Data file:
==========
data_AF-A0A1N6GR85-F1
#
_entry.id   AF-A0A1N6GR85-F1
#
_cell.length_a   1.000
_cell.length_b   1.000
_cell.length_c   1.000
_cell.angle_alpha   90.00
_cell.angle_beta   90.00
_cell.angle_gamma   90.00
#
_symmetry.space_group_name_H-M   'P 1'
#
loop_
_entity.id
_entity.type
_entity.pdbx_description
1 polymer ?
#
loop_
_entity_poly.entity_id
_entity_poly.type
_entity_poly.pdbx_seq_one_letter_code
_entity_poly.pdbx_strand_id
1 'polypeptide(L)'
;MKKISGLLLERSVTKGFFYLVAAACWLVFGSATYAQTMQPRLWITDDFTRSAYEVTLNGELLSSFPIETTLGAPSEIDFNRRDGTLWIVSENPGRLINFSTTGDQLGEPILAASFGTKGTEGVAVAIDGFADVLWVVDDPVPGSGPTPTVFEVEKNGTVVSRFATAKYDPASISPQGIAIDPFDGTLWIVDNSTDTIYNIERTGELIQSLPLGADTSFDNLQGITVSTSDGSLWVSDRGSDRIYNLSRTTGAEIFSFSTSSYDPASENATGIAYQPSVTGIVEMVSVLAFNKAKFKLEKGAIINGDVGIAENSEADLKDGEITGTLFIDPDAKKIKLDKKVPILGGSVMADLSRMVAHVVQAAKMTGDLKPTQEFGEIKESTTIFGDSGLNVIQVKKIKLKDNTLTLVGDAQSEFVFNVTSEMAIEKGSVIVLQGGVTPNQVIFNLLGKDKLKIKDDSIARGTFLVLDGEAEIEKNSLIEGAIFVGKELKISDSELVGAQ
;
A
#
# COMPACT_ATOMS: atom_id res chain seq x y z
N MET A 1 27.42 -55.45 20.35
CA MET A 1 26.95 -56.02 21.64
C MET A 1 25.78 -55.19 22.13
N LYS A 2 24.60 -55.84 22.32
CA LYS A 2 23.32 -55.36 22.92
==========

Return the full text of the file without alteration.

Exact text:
data_AF-A0A1N6GR85-F1
#
_entry.id   AF-A0A1N6GR85-F1
#
_cell.length_a   1.000
_cell.length_b   1.000
_cell.length_c   1.000
_cell.angle_alpha   90.00
_cell.angle_beta   90.00
_cell.angle_gamma   90.00
#
_symmetry.space_group_name_H-M   'P 1'
#
loop_
_entity.id
_entity.type
_entity.pdbx_description
1 polymer ?
#
loop_
_entity_poly.entity_id
_entity_poly.type
_entity_poly.pdbx_seq_one_letter_code
_entity_poly.pdbx_strand_id
1 'polypeptide(L)'
;MKKISGLLLERSVTKGFFYLVAAACWLVFGSATYAQTMQPRLWITDDFTRSAYEVTLNGELLSSFPIETTLGAPSEIDFNRRDGTLWIVSENPGRLINFSTTGDQLGEPILAASFGTKGTEGVAVAIDGFADVLWVVDDPVPGSGPTPTVFEVEKNGTVVSRFATAKYDPASISPQGIAIDPFDGTLWIVDNSTDTIYNIERTGELIQSLPLGADTSFDNLQGITVSTSDGSLWVSDRGSDRIYNLSRTTGAEIFSFSTSSYDPASENATGIAYQPSVTGIVEMVSVLAFNKAKFKLEKGAIINGDVGIAENSEADLKDGEITGTLFIDPDAKKIKLDKKVPILGGSVMADLSRMVAHVVQAAKMTGDLKPTQEFGEIKESTTIFGDSGLNVIQVKKIKLKDNTLTLVGDAQSEFVFNVTSEMAIEKGSVIVLQGGVTPNQVIFNLLGKDKLKIKDDSIARGTFLVLDGEAEIEKNSLIEGAIFVGKELKISDSELVGAQ
;
A
#
# COMPACT_ATOMS: atom_id res chain seq x y z
N MET A 1 27.42 -55.45 20.35
CA MET A 1 26.95 -56.02 21.64
C MET A 1 25.78 -55.19 22.13
N LYS A 2 24.60 -55.84 22.32
CA LYS A 2 23.32 -55.36 22.92